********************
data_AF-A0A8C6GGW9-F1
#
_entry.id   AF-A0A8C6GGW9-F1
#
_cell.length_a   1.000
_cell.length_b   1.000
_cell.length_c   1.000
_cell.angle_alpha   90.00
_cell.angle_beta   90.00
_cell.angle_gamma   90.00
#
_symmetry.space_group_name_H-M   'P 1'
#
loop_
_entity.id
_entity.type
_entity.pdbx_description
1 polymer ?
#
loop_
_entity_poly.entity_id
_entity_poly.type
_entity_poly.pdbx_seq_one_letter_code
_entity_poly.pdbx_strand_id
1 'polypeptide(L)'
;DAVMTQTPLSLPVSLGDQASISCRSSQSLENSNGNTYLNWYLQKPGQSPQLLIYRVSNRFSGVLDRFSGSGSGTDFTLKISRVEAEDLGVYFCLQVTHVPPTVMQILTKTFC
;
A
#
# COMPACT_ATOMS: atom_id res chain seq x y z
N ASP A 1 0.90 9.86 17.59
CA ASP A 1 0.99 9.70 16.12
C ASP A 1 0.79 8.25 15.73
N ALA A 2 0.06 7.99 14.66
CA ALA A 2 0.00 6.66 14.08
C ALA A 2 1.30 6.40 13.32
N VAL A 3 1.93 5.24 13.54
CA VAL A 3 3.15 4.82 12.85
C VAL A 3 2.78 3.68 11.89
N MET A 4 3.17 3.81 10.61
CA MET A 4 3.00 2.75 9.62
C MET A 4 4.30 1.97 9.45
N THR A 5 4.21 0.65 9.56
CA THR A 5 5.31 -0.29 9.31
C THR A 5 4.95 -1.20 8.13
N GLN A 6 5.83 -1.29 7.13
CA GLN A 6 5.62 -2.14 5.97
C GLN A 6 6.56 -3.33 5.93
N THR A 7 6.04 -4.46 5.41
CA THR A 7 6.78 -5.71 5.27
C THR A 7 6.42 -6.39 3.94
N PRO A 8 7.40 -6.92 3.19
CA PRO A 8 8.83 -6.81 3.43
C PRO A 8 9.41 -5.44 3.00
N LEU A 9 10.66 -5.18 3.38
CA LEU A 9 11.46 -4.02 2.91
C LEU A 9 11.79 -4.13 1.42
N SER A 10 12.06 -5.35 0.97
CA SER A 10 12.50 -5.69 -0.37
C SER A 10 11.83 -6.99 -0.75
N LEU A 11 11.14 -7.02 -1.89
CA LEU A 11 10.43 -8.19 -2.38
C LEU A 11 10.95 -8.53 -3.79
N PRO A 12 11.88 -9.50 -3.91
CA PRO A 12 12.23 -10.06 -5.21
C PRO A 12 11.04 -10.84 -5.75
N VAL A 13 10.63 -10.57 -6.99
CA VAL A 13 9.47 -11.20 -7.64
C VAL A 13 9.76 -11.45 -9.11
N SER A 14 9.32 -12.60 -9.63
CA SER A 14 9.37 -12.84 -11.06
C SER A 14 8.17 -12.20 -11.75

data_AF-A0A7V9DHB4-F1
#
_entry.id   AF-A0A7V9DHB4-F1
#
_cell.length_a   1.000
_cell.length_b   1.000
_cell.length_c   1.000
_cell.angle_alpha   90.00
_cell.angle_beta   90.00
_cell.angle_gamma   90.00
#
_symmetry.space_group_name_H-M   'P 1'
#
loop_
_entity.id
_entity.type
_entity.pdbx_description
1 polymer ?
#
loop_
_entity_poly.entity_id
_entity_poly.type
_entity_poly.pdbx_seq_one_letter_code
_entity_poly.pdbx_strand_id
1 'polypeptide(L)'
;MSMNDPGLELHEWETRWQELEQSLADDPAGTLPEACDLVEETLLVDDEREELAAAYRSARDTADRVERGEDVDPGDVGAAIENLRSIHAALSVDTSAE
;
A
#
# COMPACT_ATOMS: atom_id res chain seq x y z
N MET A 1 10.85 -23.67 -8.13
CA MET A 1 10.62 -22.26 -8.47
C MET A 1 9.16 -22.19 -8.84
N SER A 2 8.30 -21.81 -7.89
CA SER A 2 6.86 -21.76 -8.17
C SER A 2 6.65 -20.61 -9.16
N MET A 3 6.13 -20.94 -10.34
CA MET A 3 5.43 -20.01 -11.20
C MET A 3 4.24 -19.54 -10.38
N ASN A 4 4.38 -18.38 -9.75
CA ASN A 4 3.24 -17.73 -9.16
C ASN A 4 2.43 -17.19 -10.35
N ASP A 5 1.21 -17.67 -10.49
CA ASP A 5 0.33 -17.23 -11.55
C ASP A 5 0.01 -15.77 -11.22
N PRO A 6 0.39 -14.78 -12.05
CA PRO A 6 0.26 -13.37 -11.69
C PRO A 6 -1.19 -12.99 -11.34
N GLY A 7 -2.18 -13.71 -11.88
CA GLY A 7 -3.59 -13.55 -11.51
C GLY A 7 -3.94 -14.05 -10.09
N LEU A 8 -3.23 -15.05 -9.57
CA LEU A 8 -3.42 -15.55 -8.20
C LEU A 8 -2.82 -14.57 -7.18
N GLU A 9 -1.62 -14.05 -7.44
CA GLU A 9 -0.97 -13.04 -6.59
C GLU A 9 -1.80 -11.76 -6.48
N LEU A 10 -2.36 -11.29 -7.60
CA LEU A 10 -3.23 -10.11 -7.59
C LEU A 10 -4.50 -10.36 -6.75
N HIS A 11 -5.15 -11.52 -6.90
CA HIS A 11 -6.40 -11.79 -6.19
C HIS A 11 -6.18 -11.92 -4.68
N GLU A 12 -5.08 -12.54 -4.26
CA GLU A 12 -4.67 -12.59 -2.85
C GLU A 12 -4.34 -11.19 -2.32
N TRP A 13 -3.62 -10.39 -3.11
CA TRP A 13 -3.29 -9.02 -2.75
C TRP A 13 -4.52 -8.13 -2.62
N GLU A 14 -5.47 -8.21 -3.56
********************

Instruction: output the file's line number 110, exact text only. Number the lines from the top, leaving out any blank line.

CA MET A 3 5.43 -20.01 -11.20